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Peter Oborne wades in for civil society

4 February 2006

In this week's Spectator (web pages are closed to subscribers only) their political editor Peter Oborne comments on David Cameron's Demos speech. Oborne has welcomed the ascent of Cameron while scorning his support for Bush and silence on extraordinary rendition. Now he kindly sympathises with both David Marquand and myself (who clash over Harold Macmillan see below) for our despair over what he calls Blair's democratic centralism, or what I call his corporate populism. Oborne says Cameron's embrace of civil society is very significant and returns the Conservative party to its historic role as a more than a free-market cheer-leader. He also conjures up the figure of Harold Macmillan in his role-call of social heroes... END

 

Stop the secrecy: Publish the NHS COVID data deals


To: Matt Hancock, Secretary of State for Health and Social Care

We’re calling on you to immediately release details of the secret NHS data deals struck with private companies, to deliver the NHS COVID-19 datastore.

We, the public, deserve to know exactly how our personal information has been traded in this ‘unprecedented’ deal with US tech giants like Google, and firms linked to Donald Trump (Palantir) and Vote Leave (Faculty AI).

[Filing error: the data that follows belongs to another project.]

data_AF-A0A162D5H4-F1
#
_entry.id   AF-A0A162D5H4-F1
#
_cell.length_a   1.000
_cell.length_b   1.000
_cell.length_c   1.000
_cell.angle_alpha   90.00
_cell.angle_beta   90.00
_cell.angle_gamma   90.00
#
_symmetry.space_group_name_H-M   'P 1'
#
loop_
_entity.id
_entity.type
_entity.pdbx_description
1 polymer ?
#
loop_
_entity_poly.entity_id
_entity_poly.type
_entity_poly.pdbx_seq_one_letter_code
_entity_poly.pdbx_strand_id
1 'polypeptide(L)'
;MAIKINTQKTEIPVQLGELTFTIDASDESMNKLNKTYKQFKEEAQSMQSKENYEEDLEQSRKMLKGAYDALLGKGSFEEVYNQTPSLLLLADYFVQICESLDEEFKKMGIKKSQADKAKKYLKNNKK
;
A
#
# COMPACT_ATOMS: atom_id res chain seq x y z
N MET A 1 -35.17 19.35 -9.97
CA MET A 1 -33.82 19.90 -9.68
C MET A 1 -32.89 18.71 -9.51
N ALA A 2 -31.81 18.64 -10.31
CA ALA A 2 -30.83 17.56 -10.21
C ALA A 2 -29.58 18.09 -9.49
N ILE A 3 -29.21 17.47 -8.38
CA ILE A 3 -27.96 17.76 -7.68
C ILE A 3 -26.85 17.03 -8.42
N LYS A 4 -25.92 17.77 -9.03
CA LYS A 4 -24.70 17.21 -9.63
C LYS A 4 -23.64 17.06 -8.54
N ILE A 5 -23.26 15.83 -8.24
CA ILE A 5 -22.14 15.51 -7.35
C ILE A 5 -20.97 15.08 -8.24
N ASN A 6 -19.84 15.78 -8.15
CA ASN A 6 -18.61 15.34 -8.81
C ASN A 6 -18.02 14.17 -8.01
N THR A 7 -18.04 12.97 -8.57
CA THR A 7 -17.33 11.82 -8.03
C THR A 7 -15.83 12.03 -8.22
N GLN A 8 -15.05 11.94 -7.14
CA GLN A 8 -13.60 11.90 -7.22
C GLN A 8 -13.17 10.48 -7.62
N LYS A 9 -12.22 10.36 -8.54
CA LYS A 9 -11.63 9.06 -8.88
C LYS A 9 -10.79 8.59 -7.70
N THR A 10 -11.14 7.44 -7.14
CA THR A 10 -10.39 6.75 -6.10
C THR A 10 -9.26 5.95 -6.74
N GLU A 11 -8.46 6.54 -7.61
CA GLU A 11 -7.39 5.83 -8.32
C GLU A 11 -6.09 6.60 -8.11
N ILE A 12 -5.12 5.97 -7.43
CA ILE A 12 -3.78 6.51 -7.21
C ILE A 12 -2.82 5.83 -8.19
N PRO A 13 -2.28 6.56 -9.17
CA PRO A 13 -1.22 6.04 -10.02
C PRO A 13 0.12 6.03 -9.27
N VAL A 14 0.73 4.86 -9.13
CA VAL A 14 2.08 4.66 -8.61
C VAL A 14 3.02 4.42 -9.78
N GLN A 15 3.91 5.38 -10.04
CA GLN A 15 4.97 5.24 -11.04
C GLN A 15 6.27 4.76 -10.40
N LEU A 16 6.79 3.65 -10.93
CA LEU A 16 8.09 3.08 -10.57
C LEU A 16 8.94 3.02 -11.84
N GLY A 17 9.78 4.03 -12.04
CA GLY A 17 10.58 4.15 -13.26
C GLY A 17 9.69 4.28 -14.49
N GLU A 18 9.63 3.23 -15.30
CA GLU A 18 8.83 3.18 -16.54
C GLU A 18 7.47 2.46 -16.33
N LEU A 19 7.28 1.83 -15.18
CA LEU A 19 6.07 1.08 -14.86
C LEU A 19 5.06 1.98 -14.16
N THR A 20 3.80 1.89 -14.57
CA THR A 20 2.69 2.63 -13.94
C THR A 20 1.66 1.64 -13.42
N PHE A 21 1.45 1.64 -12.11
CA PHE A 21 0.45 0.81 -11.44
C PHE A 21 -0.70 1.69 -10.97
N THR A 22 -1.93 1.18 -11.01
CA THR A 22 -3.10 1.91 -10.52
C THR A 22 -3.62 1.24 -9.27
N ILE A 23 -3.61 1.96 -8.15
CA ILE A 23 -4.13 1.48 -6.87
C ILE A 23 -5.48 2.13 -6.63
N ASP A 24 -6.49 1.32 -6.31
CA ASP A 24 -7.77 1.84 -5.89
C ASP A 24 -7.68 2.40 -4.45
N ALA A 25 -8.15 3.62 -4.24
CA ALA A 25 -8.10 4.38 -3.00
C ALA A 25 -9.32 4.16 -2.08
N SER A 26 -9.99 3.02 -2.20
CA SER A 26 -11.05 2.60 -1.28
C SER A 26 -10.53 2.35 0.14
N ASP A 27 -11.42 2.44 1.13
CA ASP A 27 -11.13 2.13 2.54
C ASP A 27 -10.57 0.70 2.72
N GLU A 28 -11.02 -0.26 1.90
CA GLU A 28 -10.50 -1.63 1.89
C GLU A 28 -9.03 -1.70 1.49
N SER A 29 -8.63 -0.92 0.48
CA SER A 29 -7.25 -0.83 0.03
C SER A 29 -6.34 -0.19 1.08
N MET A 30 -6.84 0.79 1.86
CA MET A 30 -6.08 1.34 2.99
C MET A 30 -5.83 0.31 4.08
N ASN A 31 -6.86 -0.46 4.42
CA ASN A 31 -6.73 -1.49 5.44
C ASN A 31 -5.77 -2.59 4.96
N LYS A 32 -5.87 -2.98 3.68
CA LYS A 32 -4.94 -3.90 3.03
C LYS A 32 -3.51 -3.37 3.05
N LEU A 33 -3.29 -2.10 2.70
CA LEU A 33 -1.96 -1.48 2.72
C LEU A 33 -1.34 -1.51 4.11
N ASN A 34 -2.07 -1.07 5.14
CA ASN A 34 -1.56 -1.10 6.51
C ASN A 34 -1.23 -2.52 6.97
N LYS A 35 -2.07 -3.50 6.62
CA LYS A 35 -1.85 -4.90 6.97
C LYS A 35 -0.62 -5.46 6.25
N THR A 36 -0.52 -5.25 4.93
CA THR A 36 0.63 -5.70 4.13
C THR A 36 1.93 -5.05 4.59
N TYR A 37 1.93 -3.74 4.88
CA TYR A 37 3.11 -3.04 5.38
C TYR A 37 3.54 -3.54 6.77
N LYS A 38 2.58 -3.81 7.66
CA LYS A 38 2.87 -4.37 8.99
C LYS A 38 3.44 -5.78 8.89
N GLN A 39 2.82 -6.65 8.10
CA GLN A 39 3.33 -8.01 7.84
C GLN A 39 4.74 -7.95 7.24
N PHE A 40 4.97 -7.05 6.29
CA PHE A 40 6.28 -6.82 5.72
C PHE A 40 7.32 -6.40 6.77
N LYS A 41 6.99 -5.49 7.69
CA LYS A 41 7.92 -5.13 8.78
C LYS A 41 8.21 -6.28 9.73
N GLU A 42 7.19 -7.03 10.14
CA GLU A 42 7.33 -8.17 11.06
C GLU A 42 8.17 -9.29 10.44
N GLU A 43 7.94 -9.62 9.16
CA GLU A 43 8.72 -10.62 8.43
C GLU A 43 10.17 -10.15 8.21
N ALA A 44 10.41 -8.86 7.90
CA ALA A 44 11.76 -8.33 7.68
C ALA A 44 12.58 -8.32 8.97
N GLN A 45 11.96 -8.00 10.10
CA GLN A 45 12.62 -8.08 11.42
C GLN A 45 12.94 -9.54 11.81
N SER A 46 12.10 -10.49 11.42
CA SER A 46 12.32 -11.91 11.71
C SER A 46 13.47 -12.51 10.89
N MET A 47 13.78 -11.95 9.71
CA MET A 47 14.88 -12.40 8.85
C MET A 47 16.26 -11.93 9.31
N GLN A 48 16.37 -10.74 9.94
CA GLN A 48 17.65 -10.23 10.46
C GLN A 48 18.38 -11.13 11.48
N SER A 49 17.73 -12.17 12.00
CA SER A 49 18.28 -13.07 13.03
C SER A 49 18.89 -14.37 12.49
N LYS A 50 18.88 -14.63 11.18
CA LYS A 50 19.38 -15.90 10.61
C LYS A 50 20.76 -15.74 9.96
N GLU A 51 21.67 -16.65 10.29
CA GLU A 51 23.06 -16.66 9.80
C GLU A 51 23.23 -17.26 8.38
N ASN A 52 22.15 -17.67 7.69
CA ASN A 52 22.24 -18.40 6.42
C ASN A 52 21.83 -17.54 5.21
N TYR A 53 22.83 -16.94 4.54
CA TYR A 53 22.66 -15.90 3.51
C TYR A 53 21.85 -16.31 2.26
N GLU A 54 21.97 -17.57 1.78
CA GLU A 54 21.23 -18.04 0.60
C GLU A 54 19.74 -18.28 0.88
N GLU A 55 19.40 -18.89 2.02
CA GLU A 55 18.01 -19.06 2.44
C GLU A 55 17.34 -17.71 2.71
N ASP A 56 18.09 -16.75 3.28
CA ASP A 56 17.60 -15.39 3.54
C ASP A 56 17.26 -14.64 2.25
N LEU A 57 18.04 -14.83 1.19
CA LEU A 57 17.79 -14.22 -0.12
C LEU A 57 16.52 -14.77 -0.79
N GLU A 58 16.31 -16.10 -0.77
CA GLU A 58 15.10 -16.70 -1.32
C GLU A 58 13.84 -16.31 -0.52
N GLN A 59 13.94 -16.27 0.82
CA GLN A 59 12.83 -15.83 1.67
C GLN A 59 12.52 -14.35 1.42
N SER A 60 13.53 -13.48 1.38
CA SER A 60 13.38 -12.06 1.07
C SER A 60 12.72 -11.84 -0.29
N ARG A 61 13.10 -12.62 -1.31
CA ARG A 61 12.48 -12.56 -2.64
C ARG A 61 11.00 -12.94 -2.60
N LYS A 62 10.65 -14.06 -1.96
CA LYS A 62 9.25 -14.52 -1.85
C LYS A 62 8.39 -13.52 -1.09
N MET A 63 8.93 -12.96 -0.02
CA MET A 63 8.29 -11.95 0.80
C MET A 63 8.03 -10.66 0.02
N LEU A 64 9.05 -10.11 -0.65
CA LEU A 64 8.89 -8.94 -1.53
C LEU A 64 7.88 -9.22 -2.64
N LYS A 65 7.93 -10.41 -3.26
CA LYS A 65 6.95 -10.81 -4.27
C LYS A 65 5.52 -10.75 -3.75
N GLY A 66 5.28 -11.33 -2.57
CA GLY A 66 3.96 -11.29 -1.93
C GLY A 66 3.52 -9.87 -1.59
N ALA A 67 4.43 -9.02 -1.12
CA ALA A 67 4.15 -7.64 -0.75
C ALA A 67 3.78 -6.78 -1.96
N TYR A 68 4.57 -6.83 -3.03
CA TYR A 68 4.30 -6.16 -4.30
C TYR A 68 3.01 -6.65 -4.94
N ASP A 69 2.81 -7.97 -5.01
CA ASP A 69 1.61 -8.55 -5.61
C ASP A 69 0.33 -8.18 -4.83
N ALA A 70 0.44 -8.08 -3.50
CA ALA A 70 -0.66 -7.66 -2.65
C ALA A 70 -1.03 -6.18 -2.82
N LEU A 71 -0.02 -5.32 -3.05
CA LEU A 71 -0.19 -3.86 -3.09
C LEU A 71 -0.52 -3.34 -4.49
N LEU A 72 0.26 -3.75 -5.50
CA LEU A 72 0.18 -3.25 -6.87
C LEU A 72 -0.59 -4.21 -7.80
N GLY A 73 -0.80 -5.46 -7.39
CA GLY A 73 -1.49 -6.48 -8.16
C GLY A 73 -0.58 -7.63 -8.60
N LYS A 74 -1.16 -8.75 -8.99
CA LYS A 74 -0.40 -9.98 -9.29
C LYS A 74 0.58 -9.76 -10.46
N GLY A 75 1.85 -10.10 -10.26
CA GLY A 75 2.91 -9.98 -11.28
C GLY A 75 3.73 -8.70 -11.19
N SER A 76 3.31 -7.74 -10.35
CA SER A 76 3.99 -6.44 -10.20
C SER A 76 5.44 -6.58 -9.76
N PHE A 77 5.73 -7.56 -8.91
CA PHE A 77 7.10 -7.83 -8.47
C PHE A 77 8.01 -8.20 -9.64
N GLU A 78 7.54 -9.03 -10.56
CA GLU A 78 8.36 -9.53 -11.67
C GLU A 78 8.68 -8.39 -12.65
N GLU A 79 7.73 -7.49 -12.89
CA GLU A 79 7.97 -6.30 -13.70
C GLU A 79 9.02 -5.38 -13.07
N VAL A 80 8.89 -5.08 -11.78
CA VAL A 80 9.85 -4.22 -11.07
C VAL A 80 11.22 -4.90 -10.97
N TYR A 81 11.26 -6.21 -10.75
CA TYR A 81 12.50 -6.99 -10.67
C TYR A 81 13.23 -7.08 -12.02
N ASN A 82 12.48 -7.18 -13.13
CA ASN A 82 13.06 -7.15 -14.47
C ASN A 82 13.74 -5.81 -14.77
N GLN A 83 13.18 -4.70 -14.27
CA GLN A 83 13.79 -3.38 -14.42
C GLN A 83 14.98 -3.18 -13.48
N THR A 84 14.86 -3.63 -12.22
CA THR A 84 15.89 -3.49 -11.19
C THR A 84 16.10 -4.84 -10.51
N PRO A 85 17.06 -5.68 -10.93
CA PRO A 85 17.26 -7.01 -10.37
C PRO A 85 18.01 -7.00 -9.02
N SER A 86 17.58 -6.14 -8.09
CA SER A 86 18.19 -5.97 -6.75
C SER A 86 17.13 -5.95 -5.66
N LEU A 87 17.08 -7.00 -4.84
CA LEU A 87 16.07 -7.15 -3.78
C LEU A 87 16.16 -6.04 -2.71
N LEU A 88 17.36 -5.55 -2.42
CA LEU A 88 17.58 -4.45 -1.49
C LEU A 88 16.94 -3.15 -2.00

The COVID-19 datastore will hold private, personal information about every single one of us who relies on the NHS. We don’t want our personal data falling into the wrong hands.

And we don’t want private companies – many with poor reputations for protecting privacy – using it for their own commercial purposes, or to undermine the NHS.

The datastore could be an important tool in tackling the pandemic. But for it to be a success, the public has to be able to trust it.

Today, we urgently call on you to publish all the data-sharing agreements, data-impact assessments, and details of how the private companies stand to profit from their involvement.

The NHS is a precious public institution. Any involvement from private companies should be open to public scrutiny and debate. We need more transparency during this pandemic – not less.


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